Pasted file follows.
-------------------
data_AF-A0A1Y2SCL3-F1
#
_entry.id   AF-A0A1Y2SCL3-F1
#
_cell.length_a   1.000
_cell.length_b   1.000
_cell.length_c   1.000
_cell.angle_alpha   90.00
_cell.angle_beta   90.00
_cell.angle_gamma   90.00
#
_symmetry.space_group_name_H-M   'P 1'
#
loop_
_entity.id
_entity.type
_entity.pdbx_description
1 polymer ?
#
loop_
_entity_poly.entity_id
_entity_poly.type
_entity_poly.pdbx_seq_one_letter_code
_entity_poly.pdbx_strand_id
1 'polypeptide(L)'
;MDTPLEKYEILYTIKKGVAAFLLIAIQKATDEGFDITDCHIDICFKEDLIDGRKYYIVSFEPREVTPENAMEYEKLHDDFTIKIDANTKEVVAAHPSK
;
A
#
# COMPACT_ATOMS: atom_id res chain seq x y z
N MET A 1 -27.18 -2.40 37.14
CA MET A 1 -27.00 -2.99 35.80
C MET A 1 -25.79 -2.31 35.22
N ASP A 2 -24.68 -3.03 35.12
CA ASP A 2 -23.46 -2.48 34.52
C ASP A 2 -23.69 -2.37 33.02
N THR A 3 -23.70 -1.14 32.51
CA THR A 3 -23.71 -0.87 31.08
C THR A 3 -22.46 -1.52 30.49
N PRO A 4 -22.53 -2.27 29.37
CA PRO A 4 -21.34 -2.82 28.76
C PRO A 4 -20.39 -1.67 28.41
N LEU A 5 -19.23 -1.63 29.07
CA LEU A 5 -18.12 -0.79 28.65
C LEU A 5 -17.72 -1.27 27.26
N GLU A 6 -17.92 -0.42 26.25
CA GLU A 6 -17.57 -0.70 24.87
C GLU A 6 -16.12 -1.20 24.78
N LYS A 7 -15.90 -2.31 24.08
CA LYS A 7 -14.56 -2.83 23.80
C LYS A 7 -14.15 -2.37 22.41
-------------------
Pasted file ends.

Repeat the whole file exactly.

data_AF-A0A1Y2SCL3-F1
#
_entry.id   AF-A0A1Y2SCL3-F1
#
_cell.length_a   1.000
_cell.length_b   1.000
_cell.length_c   1.000
_cell.angle_alpha   90.00
_cell.angle_beta   90.00
_cell.angle_gamma   90.00
#
_symmetry.space_group_name_H-M   'P 1'
#
loop_
_entity.id
_entity.type
_entity.pdbx_description
1 polymer ?
#
loop_
_entity_poly.entity_id
_entity_poly.type
_entity_poly.pdbx_seq_one_letter_code
_entity_poly.pdbx_strand_id
1 'polypeptide(L)'
;MDTPLEKYEILYTIKKGVAAFLLIAIQKATDEGFDITDCHIDICFKEDLIDGRKYYIVSFEPREVTPENAMEYEKLHDDFTIKIDANTKEVVAAHPSK
;
A
#
# COMPACT_ATOMS: atom_id res chain seq x y z
N MET A 1 -27.18 -2.40 37.14
CA MET A 1 -27.00 -2.99 35.80
C MET A 1 -25.79 -2.31 35.22
N ASP A 2 -24.68 -3.03 35.12
CA ASP A 2 -23.46 -2.48 34.52
C ASP A 2 -23.69 -2.37 33.02
N THR A 3 -23.70 -1.14 32.51
CA THR A 3 -23.71 -0.87 31.08
C THR A 3 -22.46 -1.52 30.49
N PRO A 4 -22.53 -2.27 29.37
CA PRO A 4 -21.34 -2.82 28.76
C PRO A 4 -20.39 -1.67 28.41
N LEU A 5 -19.23 -1.63 29.07
CA LEU A 5 -18.12 -0.79 28.65
C LEU A 5 -17.72 -1.27 27.26
N GLU A 6 -17.92 -0.42 26.25
CA GLU A 6 -17.57 -0.70 24.87
C GLU A 6 -16.12 -1.20 24.78
N LYS A 7 -15.90 -2.31 24.08
CA LYS A 7 -14.56 -2.83 23.80
C LYS A 7 -14.15 -2.37 22.41